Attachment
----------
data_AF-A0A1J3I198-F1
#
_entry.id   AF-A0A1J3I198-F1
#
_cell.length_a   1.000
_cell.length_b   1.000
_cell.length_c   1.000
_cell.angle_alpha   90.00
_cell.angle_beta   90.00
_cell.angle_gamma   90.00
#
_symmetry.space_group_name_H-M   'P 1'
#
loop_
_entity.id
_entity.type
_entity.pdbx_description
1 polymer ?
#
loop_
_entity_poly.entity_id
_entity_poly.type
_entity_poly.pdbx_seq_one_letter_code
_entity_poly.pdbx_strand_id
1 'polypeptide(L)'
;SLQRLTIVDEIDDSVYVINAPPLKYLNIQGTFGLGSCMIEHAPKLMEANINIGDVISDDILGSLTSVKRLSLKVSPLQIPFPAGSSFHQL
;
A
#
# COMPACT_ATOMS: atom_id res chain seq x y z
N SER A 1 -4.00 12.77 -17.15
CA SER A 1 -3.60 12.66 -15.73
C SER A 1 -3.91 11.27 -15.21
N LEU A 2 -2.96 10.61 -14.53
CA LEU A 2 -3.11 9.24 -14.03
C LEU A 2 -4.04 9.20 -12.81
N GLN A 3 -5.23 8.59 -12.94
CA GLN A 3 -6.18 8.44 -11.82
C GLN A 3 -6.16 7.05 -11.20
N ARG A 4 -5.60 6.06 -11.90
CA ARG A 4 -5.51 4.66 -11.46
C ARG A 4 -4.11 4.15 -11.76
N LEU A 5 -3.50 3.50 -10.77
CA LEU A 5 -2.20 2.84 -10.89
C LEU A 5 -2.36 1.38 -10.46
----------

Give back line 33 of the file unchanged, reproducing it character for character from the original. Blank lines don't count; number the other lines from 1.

C SER A 1 -3.91 11.27 -15.21